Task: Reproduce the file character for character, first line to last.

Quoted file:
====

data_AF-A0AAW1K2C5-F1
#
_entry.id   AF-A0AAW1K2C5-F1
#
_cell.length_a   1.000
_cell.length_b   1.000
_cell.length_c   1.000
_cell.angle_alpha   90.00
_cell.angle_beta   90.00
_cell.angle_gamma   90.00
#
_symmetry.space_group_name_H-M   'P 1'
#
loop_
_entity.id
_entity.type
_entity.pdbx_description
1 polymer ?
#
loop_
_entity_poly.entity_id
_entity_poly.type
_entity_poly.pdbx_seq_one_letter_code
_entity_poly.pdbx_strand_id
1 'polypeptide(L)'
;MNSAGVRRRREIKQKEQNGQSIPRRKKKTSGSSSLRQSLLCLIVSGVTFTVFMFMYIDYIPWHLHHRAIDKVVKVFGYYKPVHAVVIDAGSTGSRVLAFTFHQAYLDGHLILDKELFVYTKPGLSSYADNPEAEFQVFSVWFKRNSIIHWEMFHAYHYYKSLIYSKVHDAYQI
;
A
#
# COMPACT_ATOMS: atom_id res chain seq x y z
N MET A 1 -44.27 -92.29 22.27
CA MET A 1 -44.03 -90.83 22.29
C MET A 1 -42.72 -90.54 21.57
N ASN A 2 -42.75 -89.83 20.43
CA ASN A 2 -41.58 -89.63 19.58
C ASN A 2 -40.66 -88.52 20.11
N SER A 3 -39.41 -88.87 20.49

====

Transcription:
data_AF-A0AAW1K2C5-F1
#
_entry.id   AF-A0AAW1K2C5-F1
#
_cell.length_a   1.000
_cell.length_b   1.000
_cell.length_c   1.000
_cell.angle_alpha   90.00
_cell.angle_beta   90.00
_cell.angle_gamma   90.00
#
_symmetry.space_group_name_H-M   'P 1'
#
loop_
_entity.id
_entity.type
_entity.pdbx_description
1 polymer ?
#
loop_
_entity_poly.entity_id
_entity_poly.type
_entity_poly.pdbx_seq_one_letter_code
_entity_poly.pdbx_strand_id
1 'polypeptide(L)'
;MNSAGVRRRREIKQKEQNGQSIPRRKKKTSGSSSLRQSLLCLIVSGVTFTVFMFMYIDYIPWHLHHRAIDKVVKVFGYYKPVHAVVIDAGSTGSRVLAFTFHQAYLDGHLILDKELFVYTKPGLSSYADNPEAEFQVFSVWFKRNSIIHWEMFHAYHYYKSLIYSKVHDAYQI
;
A
#
# COMPACT_ATOMS: atom_id res chain seq x y z
N MET A 1 -44.27 -92.29 22.27
CA MET A 1 -44.03 -90.83 22.29
C MET A 1 -42.72 -90.54 21.57
N ASN A 2 -42.75 -89.83 20.43
CA ASN A 2 -41.58 -89.63 19.58
C ASN A 2 -40.66 -88.52 20.11
N SER A 3 -39.41 -88.87 20.49